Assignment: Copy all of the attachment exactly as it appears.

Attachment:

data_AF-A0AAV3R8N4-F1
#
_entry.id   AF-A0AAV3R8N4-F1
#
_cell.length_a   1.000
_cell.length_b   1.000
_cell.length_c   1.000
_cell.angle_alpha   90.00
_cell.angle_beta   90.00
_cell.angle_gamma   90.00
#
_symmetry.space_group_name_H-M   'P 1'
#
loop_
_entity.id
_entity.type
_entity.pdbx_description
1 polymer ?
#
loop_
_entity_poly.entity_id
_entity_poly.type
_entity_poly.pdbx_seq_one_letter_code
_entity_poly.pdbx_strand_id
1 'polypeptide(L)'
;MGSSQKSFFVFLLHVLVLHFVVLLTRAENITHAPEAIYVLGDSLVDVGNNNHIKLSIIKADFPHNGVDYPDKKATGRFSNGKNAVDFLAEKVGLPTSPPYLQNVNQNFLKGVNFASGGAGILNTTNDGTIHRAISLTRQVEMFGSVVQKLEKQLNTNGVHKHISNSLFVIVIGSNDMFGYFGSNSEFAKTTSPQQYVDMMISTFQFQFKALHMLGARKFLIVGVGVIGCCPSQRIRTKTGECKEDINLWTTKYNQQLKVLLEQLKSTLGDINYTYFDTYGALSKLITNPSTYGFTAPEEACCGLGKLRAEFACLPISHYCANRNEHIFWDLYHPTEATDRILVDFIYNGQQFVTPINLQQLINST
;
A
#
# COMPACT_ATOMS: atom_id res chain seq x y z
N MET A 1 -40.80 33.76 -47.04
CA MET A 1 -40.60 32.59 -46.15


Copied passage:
data_AF-A0AAV3R8N4-F1
#
_entry.id   AF-A0AAV3R8N4-F1
#
_cell.length_a   1.000
_cell.length_b   1.000
_cell.length_c   1.000
_cell.angle_alpha   90.00
_cell.angle_beta   90.00
_cell.angle_gamma   90.00
#
_symmetry.space_group_name_H-M   'P 1'
#
loop_
_entity.id
_entity.type
_entity.pdbx_description
1 polymer ?
#
loop_
_entity_poly.entity_id
_entity_poly.type
_entity_poly.pdbx_seq_one_letter_code
_entity_poly.pdbx_strand_id
1 'polypeptide(L)'
;MGSSQKSFFVFLLHVLVLHFVVLLTRAENITHAPEAIYVLGDSLVDVGNNNHIKLSIIKADFPHNGVDYPDKKATGRFSNGKNAVDFLAEKVGLPTSPPYLQNVNQNFLKGVNFASGGAGILNTTNDGTIHRAISLTRQVEMFGSVVQKLEKQLNTNGVHKHISNSLFVIVIGSNDMFGYFGSNSEFAKTTSPQQYVDMMISTFQFQFKALHMLGARKFLIVGVGVIGCCPSQRIRTKTGECKEDINLWTTKYNQQLKVLLEQLKSTLGDINYTYFDTYGALSKLITNPSTYGFTAPEEACCGLGKLRAEFACLPISHYCANRNEHIFWDLYHPTEATDRILVDFIYNGQQFVTPINLQQLINST
;
A
#
# COMPACT_ATOMS: atom_id res chain seq x y z
N MET A 1 -40.80 33.76 -47.04
CA MET A 1 -40.60 32.59 -46.15